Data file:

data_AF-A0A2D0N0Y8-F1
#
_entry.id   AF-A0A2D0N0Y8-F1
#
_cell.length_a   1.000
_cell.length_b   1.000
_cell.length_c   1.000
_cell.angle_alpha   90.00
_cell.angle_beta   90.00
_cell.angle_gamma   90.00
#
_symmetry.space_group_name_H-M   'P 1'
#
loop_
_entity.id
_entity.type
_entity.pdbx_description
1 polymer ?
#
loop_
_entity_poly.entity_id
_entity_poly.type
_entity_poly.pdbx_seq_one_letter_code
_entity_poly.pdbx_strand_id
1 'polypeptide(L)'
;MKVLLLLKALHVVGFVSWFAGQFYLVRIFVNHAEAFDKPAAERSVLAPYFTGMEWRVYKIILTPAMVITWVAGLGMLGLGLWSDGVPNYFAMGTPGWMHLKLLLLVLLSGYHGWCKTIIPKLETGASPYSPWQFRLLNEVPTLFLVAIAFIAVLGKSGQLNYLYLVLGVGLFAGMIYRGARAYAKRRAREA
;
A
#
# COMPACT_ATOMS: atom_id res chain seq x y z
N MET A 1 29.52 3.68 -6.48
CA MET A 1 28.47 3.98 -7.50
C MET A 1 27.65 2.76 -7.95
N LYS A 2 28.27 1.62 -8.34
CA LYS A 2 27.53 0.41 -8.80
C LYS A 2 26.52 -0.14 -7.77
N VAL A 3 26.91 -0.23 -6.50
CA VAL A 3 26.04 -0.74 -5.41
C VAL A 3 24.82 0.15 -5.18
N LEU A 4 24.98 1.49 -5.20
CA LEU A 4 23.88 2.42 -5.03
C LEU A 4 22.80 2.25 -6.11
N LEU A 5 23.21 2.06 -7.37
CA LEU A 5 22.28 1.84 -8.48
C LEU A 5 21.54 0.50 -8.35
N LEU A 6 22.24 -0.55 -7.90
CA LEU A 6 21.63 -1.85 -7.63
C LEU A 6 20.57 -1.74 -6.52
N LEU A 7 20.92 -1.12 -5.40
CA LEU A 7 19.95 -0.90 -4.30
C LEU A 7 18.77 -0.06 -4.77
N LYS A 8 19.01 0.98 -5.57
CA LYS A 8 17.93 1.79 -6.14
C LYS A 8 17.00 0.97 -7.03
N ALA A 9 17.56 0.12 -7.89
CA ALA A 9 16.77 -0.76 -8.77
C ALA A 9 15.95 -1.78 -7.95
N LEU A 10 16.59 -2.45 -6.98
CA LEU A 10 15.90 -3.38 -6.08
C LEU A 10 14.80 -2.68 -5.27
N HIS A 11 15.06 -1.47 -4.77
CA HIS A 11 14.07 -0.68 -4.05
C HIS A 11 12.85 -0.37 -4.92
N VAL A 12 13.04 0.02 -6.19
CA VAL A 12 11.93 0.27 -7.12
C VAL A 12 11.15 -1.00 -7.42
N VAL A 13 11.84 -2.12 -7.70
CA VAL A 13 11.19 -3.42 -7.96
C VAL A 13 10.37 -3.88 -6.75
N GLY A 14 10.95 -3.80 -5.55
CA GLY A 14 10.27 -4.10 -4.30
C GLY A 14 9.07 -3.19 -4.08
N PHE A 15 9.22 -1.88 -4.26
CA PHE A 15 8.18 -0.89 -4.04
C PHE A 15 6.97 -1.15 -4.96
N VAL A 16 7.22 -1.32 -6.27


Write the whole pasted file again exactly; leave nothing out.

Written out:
data_AF-A0A2D0N0Y8-F1
#
_entry.id   AF-A0A2D0N0Y8-F1
#
_cell.length_a   1.000
_cell.length_b   1.000
_cell.length_c   1.000
_cell.angle_alpha   90.00
_cell.angle_beta   90.00
_cell.angle_gamma   90.00
#
_symmetry.space_group_name_H-M   'P 1'
#
loop_
_entity.id
_entity.type
_entity.pdbx_description
1 polymer ?
#
loop_
_entity_poly.entity_id
_entity_poly.type
_entity_poly.pdbx_seq_one_letter_code
_entity_poly.pdbx_strand_id
1 'polypeptide(L)'
;MKVLLLLKALHVVGFVSWFAGQFYLVRIFVNHAEAFDKPAAERSVLAPYFTGMEWRVYKIILTPAMVITWVAGLGMLGLGLWSDGVPNYFAMGTPGWMHLKLLLLVLLSGYHGWCKTIIPKLETGASPYSPWQFRLLNEVPTLFLVAIAFIAVLGKSGQLNYLYLVLGVGLFAGMIYRGARAYAKRRAREA
;
A
#
# COMPACT_ATOMS: atom_id res chain seq x y z
N MET A 1 29.52 3.68 -6.48
CA MET A 1 28.47 3.98 -7.50
C MET A 1 27.65 2.76 -7.95
N LYS A 2 28.27 1.62 -8.34
CA LYS A 2 27.53 0.41 -8.80
C LYS A 2 26.52 -0.14 -7.77
N VAL A 3 26.91 -0.23 -6.50
CA VAL A 3 26.04 -0.74 -5.41
C VAL A 3 24.82 0.15 -5.18
N LEU A 4 24.98 1.49 -5.20
CA LEU A 4 23.88 2.42 -5.03
C LEU A 4 22.80 2.25 -6.11
N LEU A 5 23.21 2.06 -7.37
CA LEU A 5 22.28 1.84 -8.48
C LEU A 5 21.54 0.50 -8.35
N LEU A 6 22.24 -0.55 -7.90
CA LEU A 6 21.63 -1.85 -7.63
C LEU A 6 20.57 -1.74 -6.52
N LEU A 7 20.92 -1.12 -5.40
CA LEU A 7 19.95 -0.90 -4.30
C LEU A 7 18.77 -0.06 -4.77
N LYS A 8 19.01 0.98 -5.57
CA LYS A 8 17.93 1.79 -6.14
C LYS A 8 17.00 0.97 -7.03
N ALA A 9 17.56 0.12 -7.89
CA ALA A 9 16.77 -0.76 -8.77
C ALA A 9 15.95 -1.78 -7.95
N LEU A 10 16.59 -2.45 -6.98
CA LEU A 10 15.90 -3.38 -6.08
C LEU A 10 14.80 -2.68 -5.27
N HIS A 11 15.06 -1.47 -4.77
CA HIS A 11 14.07 -0.68 -4.05
C HIS A 11 12.85 -0.37 -4.92
N VAL A 12 13.04 0.02 -6.19
CA VAL A 12 11.93 0.27 -7.12
C VAL A 12 11.15 -1.00 -7.42
N VAL A 13 11.84 -2.12 -7.70
CA VAL A 13 11.19 -3.42 -7.96
C VAL A 13 10.37 -3.88 -6.75
N GLY A 14 10.95 -3.80 -5.55
CA GLY A 14 10.27 -4.10 -4.30
C GLY A 14 9.07 -3.19 -4.08
N PHE A 15 9.22 -1.88 -4.26
CA PHE A 15 8.18 -0.89 -4.04
C PHE A 15 6.97 -1.15 -4.96
N VAL A 16 7.22 -1.32 -6.27